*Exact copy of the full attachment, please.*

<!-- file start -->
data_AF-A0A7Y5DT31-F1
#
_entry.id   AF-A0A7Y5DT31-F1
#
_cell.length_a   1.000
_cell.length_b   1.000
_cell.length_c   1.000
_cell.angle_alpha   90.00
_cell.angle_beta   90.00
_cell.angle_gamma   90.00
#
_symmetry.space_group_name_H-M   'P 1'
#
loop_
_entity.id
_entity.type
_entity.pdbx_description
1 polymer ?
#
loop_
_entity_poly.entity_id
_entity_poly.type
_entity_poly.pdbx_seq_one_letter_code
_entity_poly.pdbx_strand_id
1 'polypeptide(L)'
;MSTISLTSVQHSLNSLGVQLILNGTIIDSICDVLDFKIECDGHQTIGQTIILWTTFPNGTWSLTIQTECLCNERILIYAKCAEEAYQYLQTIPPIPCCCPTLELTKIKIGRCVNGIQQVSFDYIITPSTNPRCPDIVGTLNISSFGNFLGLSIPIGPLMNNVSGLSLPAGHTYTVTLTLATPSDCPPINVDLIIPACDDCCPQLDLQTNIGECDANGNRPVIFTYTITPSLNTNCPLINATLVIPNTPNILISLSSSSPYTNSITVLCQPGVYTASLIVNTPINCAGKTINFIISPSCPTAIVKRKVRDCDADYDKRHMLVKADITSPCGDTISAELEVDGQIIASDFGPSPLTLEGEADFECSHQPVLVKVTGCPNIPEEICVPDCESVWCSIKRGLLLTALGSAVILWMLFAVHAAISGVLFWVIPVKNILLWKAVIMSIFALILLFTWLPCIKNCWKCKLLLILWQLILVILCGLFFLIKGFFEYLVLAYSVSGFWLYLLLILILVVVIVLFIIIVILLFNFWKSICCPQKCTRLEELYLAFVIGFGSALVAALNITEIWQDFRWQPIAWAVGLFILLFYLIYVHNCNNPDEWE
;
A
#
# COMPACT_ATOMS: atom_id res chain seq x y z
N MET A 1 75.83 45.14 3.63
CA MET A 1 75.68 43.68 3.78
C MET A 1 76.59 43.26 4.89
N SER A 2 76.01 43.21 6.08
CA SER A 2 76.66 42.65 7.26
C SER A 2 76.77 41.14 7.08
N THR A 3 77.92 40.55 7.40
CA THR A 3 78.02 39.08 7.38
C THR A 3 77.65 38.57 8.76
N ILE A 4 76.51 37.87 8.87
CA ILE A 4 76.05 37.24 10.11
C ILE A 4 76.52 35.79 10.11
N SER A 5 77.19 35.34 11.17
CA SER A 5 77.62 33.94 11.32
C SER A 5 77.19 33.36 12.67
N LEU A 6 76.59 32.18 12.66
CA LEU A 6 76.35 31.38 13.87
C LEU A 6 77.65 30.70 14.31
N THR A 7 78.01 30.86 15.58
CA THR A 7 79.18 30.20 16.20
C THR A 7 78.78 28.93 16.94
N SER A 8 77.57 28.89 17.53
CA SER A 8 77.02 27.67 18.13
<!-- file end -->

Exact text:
data_AF-A0A7Y5DT31-F1
#
_entry.id   AF-A0A7Y5DT31-F1
#
_cell.length_a   1.000
_cell.length_b   1.000
_cell.length_c   1.000
_cell.angle_alpha   90.00
_cell.angle_beta   90.00
_cell.angle_gamma   90.00
#
_symmetry.space_group_name_H-M   'P 1'
#
loop_
_entity.id
_entity.type
_entity.pdbx_description
1 polymer ?
#
loop_
_entity_poly.entity_id
_entity_poly.type
_entity_poly.pdbx_seq_one_letter_code
_entity_poly.pdbx_strand_id
1 'polypeptide(L)'
;MSTISLTSVQHSLNSLGVQLILNGTIIDSICDVLDFKIECDGHQTIGQTIILWTTFPNGTWSLTIQTECLCNERILIYAKCAEEAYQYLQTIPPIPCCCPTLELTKIKIGRCVNGIQQVSFDYIITPSTNPRCPDIVGTLNISSFGNFLGLSIPIGPLMNNVSGLSLPAGHTYTVTLTLATPSDCPPINVDLIIPACDDCCPQLDLQTNIGECDANGNRPVIFTYTITPSLNTNCPLINATLVIPNTPNILISLSSSSPYTNSITVLCQPGVYTASLIVNTPINCAGKTINFIISPSCPTAIVKRKVRDCDADYDKRHMLVKADITSPCGDTISAELEVDGQIIASDFGPSPLTLEGEADFECSHQPVLVKVTGCPNIPEEICVPDCESVWCSIKRGLLLTALGSAVILWMLFAVHAAISGVLFWVIPVKNILLWKAVIMSIFALILLFTWLPCIKNCWKCKLLLILWQLILVILCGLFFLIKGFFEYLVLAYSVSGFWLYLLLILILVVVIVLFIIIVILLFNFWKSICCPQKCTRLEELYLAFVIGFGSALVAALNITEIWQDFRWQPIAWAVGLFILLFYLIYVHNCNNPDEWE
;
A
#
# COMPACT_ATOMS: atom_id res chain seq x y z
N MET A 1 75.83 45.14 3.63
CA MET A 1 75.68 43.68 3.78
C MET A 1 76.59 43.26 4.89
N SER A 2 76.01 43.21 6.08
CA SER A 2 76.66 42.65 7.26
C SER A 2 76.77 41.14 7.08
N THR A 3 77.92 40.55 7.40
CA THR A 3 78.02 39.08 7.38
C THR A 3 77.65 38.57 8.76
N ILE A 4 76.51 37.87 8.87
CA ILE A 4 76.05 37.24 10.11
C ILE A 4 76.52 35.79 10.11
N SER A 5 77.19 35.34 11.17
CA SER A 5 77.62 33.94 11.32
C SER A 5 77.19 33.36 12.67
N LEU A 6 76.59 32.18 12.66
CA LEU A 6 76.35 31.38 13.87
C LEU A 6 77.65 30.70 14.31
N THR A 7 78.01 30.86 15.58
CA THR A 7 79.18 30.20 16.20
C THR A 7 78.78 28.93 16.94
N SER A 8 77.57 28.89 17.53
CA SER A 8 77.02 27.67 18.13